Photos of the first mass-produced version of the JF-17 Block III fighter have arrived on social media, suggesting that the model may enter Pakistani service soon. The fighter jets are expected to be produced in China and assembled in Pakistan. Since China does not trust this fighter, even as a cheap replacement for the obsolete J-7’s and J-8’s, the JF-17 fighter jet is explicitly built for export.
Like the previous models of the JF-17, the Pakistan Air Force is expected to be the primary customer for this model. The Chinese feel the new model could attract more interest from foreign customers as it has a substantial increase in the new capabilities. The latest block of JF-17 appears to be a game-changer for the technology starved Pakistan’s air combat capabilities as it advertises integrating limited stealth, a more powerful engine, a bigger KLJ-7A AESA radar, and the first infrared search and track system (IRST) on a Pakistani fighter jet. In addition to the recently announced purchase of the FC-20E, a J-10C look like from China, the JF-17 Block III will also introduce the AESA radar to the Pakistan Air Force, providing enhanced situational awareness and interference immunity from electronic warfare while providing offensive electronic warfare options.
Since the JF-17 is among one of the lightest fighter jets in the world, it has a similar weight to the Swedish Gripen and the US F-16 and can accommodate relatively small radars. Integrating a more advanced radar compensates for the radar limitation.
The light fighters are considered a good fit for Pakistan’s defense budget because of their extremely low cost of operation and maintenance and their high availability and availability rate, which means that the majority of the fleet is ready for combat at any time. However, this low-cost design comes at the expense of flight performance. The fighter is not particularly nimble, which is compensated for by equipping the PL-10E short-range air-to-air missile capable of striking targets at very extreme angles but at a range of about 20 km. This is the primary air to air armament of the JF-17 fighter Block III model.
In addition to improvements in sensors and avionics, the armament of the PL-15 long-range air-to-air missile is considered the most notable feature of the new fighter. The PL-15 has an estimated 200 km range (or more depending upon many factors like release height, angle of attack etc.), far exceeding most of India’s existing air-to-air missiles, such as the 80 km MICA missiles used by the Rafale jets. This missile outranges any missile fielded by the Indian Air Force Mirage 2000 fighter jets and the MiG-21. The MiG-29 and Su-30MKI use the R-77 missile with a range of 110 kilometres. The only exception is the older Novator K-100 missiles of the Su-30MKI, which pose a low threat to fighter jets and are designed to engage large support aircraft at a range of 300 km, and the Meteor missiles purchased for the Rafale fighters with an estimated range of 200 kilometres.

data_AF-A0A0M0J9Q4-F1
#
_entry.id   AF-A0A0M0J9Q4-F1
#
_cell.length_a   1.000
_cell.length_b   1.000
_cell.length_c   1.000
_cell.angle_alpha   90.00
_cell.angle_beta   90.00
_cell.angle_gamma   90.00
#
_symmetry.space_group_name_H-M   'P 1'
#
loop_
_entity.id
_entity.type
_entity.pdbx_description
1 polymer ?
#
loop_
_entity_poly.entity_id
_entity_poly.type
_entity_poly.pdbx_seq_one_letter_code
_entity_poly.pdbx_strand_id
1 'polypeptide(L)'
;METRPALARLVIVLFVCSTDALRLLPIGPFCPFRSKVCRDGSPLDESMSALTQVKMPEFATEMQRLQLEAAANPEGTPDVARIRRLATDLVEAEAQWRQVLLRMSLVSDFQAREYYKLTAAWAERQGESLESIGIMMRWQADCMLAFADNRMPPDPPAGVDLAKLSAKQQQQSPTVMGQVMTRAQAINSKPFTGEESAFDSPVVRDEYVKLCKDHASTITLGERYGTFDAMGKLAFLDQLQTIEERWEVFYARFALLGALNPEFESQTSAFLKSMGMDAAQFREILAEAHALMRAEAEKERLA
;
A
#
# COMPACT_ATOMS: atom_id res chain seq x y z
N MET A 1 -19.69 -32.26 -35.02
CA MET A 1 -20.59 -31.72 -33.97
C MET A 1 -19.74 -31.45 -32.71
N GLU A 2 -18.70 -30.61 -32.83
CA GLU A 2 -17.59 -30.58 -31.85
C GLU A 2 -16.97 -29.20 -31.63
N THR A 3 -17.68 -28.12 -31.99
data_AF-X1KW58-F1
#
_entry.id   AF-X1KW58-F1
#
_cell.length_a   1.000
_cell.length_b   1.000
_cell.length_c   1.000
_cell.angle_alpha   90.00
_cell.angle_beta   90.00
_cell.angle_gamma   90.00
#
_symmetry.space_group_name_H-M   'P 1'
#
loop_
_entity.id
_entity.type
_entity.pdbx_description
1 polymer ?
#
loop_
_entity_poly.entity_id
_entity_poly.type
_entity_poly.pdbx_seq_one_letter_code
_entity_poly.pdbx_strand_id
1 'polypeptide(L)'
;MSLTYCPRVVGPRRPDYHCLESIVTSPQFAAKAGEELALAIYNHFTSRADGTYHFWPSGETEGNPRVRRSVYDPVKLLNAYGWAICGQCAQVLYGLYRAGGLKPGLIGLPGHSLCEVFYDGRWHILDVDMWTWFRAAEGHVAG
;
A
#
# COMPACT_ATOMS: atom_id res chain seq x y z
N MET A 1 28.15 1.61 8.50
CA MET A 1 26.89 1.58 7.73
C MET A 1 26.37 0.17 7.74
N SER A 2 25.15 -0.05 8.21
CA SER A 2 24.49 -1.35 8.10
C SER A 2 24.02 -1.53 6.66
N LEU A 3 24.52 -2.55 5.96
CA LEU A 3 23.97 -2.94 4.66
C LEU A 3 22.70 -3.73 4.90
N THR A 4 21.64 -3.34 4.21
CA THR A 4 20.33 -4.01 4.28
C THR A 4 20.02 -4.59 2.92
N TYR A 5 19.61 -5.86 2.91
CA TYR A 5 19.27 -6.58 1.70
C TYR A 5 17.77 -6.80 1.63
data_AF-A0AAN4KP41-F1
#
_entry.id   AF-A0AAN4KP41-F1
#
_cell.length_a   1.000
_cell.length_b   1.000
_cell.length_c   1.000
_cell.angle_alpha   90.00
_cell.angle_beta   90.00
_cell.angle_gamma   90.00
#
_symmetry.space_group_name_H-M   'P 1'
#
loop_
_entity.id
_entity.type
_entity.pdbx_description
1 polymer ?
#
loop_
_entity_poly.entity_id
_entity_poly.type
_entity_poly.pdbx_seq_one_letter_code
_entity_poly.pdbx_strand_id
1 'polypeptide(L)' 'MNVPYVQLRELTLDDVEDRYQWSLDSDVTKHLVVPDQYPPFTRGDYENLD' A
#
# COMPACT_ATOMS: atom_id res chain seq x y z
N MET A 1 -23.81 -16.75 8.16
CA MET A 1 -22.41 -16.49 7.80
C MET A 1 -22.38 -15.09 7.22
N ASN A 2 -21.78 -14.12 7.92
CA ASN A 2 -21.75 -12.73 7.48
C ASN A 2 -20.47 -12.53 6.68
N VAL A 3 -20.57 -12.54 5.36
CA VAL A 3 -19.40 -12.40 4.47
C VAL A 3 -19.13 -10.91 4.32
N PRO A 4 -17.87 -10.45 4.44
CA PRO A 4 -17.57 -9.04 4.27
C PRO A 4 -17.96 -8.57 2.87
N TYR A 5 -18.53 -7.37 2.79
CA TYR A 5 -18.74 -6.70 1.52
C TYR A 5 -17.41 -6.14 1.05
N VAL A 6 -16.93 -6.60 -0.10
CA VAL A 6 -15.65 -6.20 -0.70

But the use of PL-15 against a fighter-sized target is not confirmed by China and is only a speculation. As per the experts, this missile is more likely to be used against support aircraft like the AWACS and tankers. As per the Chinese, PL-15 have a more extended range than its predecessors and uses its own AESA radar for guidance, giving it an advantage over Western and Russian designs. It also means that the issue with the Beyond Visual Range (BVR) limitation of JF-17 carries on to the Block III aircraft.
Another interesting feature of the Chinese claim is a new holographic wide-angle head display and integrated cockpit display, similar to that used on the Chinese J-20.
That brings us to the engine of JF-17, which is already considered underpowered. These modifications are possible only if the Russians have supplied the Chinese with a more powerful engine or the Chinese have completed building the WS-13 engine intended for the JF-17. The Pakistani’s had rejected this engine for the former blocks of the aircraft. The Russians have tested the RD-93MA engine, which is suitable for the new aircraft model. As per the open sources, the RD-93MA engine has 9300 Kgf thurst compared to 8300 kgf of the RD-93 equipping the JF-17 block I and II. The Russians have not yet reported the sale of this engine.
The advanced performance of the JF-17 Block III is expected to make it more attractive than previous versions. With Pakistan likely to field more than 100 of these fighter jets, including single- and two-seat versions. The JF-17 Block III is expected to revolutionize Pakistan’s ability to defend its airspace and serve as a light companion to the JF-20E fighter jets.